Dehydration

Dehydration can be fatal and must be taken seriously.



Dehydration occurs when you lose more fluid than you take in, and your body doesn't have enough water and other fluids to carry out its normal functions.  If you don't replace lost fluids, you may get dehydrated.



Dehydration can be mild, moderate, or severe based on how much of the body's fluid is lost or not replenished.  When it is severe, dehydration is a life-threatening emergency.  Common causes of dehydration include:

  • intense diarrhea

  • vomiting

  • fever

  • excessive sweating (usually from exercising or being in hot conditions  for long periods)

  • excessive urine output (uncontrolled diabetes). 

  • Not drinking enough water during hot weather or exercise also may cause dehydration.
     

Anyone may become dehydrated, but young children, older adults and people with chronic illnesses are most at risk.  



You can usually reverse mild to moderate dehydration by drinking more fluids, but severe dehydration needs immediate medical treatment. The safest approach is prevention of dehydration. Monitor your fluid loss during hot weather, illness or exercise, and drink enough liquids to replace what you lose.



Dehydration in sick children is often a combination of refusing to eat or drink anything and losing fluid from vomiting, diarrhea, or fever.  Infants and children are more likely to become dehydrated than adults because they weigh less and their bodies turn over water and electrolytes more quickly. 



Symptoms

  • ​Low or no urine output; urine looks dark yellow

  • Dry or sticky mouth

  • Lethargy or coma (with severe dehydration)

  • No tears

  • Sunken eyes

  • Sunken fontanelles (the soft spot on the top of the head) in an infant

  • You may also have vomiting, diarrhea, or the feeling that you "can't keep anything down." All of these can be causing the dehydration.

Dehydration and Children



Anytime children or adolescents play sports or exercise in hot weather, they're at risk of dehydrated.



Your child might be particularly vulnerable to dehydration if he or she:

  • Wears clothing or protective gear that contributes to excessive heat retention

  • Rarely exercises

  • Is overweight or obese

  • Is sick or had a recent illness, especially involving diarrhea, vomiting or a fever

  • Is taking certain supplements or medications, such as cold medicine

  • Has had a previous heat-related illness

  • Has a chronic condition, such as diabetes

  • Isn't well rested

 

If your child is an athlete or play out doors for long periods make sure that he/she drinks plenty of fluids before practice and during regular breaks — even if they aren't thirsty.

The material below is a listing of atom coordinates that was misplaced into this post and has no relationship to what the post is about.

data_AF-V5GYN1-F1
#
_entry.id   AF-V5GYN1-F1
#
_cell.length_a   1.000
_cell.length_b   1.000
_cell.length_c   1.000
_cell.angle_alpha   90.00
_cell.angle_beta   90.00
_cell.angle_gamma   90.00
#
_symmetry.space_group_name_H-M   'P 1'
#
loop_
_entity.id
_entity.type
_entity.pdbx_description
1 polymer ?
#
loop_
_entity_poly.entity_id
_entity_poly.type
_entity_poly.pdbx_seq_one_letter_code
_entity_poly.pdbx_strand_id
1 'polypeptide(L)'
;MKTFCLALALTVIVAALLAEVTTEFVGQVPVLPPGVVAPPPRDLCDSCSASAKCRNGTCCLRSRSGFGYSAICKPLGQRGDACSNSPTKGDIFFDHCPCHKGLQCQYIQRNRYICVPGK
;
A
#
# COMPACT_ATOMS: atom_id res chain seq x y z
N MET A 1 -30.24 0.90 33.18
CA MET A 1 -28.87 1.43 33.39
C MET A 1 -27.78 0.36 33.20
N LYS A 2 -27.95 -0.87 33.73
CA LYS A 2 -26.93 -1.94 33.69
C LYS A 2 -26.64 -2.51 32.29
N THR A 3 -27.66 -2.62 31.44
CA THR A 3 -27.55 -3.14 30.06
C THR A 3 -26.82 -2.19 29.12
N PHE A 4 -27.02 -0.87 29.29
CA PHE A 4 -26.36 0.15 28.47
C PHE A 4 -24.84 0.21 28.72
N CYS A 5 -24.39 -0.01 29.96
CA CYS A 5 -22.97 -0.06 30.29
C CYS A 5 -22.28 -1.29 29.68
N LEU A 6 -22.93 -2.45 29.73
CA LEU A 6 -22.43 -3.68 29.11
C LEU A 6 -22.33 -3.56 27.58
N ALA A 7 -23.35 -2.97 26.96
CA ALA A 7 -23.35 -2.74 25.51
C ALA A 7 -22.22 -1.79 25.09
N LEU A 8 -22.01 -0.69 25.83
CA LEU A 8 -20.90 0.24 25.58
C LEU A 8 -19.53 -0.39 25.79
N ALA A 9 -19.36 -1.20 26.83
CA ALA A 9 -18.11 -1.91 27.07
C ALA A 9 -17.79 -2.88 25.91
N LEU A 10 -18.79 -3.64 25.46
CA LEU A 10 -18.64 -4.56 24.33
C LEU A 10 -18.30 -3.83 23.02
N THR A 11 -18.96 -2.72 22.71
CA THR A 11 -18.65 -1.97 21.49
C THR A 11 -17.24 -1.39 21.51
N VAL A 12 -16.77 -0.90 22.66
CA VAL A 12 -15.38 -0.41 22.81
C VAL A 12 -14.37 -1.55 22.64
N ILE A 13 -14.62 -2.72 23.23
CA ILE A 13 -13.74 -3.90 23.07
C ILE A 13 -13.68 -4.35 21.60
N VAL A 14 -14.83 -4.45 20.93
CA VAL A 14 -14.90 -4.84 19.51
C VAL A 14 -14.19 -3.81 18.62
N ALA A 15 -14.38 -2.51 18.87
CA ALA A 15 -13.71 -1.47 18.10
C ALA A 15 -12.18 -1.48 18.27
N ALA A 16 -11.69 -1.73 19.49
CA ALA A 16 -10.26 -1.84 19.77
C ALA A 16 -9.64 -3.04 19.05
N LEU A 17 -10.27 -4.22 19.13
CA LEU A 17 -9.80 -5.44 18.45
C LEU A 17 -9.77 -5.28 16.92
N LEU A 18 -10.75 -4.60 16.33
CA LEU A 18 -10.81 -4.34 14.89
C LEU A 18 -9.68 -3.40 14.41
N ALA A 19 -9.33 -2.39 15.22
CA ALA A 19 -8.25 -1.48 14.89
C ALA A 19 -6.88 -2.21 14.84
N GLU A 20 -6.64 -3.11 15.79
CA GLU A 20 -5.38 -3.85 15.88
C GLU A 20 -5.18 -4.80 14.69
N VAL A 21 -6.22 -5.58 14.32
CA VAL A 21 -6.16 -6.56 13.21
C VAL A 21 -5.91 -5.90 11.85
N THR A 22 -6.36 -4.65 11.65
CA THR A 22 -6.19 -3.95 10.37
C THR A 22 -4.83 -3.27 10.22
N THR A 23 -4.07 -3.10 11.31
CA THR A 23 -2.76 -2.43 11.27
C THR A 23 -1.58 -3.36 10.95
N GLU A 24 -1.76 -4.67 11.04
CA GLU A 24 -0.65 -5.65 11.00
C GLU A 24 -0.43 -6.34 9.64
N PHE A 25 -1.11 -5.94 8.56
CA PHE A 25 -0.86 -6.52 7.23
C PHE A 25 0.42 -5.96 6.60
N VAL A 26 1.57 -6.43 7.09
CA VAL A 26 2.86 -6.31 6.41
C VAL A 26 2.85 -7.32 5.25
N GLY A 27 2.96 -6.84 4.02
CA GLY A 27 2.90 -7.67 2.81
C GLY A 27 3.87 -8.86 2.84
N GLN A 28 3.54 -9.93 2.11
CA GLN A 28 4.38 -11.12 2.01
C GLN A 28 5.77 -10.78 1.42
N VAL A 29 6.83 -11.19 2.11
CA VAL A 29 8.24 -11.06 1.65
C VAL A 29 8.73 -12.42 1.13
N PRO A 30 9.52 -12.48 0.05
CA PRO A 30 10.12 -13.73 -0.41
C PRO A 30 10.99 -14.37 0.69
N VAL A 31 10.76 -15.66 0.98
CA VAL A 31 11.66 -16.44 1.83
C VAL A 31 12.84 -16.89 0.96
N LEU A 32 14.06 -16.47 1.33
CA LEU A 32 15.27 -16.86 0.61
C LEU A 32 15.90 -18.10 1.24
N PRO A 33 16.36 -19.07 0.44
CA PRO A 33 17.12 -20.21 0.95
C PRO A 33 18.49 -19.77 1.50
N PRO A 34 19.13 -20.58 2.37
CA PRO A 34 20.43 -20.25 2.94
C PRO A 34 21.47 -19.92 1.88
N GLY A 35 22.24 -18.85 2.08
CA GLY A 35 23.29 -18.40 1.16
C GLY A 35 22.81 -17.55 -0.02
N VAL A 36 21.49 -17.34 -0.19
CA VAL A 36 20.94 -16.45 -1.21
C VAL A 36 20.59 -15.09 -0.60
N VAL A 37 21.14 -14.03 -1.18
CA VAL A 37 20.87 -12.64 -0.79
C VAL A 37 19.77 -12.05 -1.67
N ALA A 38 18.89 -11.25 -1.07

Make sure clothing is light-colored, lightweight and loose fitting, or exposes as much of the skin as possible.

 

Decrease or stop practice or competitions if necessary.  It is important that they know when to get out of the heat.

Diarrhea And Vomiting

Diarrhea and vomiting is usually referred to as gastroenteritis and these symptoms are usually caused by a virus.  Vomiting and Diarrhea can also be the signs of other illnesses and should not be ignored.

Diarrhea kills children by draining liquid from the body, which dehydrates the child.  As soon as diarrhea starts, it is essential to give the child extra fluids along with regular foods and fluids.  A child has diarrhea when she or he passes three or more watery stools a day. The more numerous the watery stools, the more dangerous the diarrhea.

Some people think that drinking liquids makes diarrhea worse. This is not true. A child with diarrhea should be given drinks, including breast milk, as often as possible. Drinking lots of liquids helps to replace the fluids lost during diarrhea.

Recommended drinks for a child with diarrhea include:

  • breast milk (mothers should breastfeed more often than usual)

  • soups

  • fresh fruit juices

  • coconut water

  • clean water

  • The child may first have a fever and some vomiting before the diarrhea starts.  The symptoms usually go away in a day or two but can last for as long as a week.
     

One of the dangers of vomiting and diarrhea is your child’s body can become dehydrated by water loss.  If the child is younger than 6 months and the condition is accompanied by fever, blood in the stool, green vomit or vomiting for more than

12 hours or diarrhea for longer than 2 days seek medical help.

What To Do For Vomiting
Give the child sips of clear fluid every 10 to 15 minutes.  If the child keeps vomiting, wait for about an hour or two and try again.  If the child is still throwing up, seek medical help.  If the child is keeping down the fluids and wants to eat, try small amounts of simple foods like bread, pasta, boiled or baked potatoes, cooked vegetables.


What To Do For Diarrhea
If your child is acting well and is still eating and drinking and urinating, there may not be caused for concern but it is a good idea to have him/her checked by a doctor.



The doctor may suggest changing the child’s diet for a few days and electrolyte drinks may be recommended.



In severe cases of diarrhea seek medical help immediately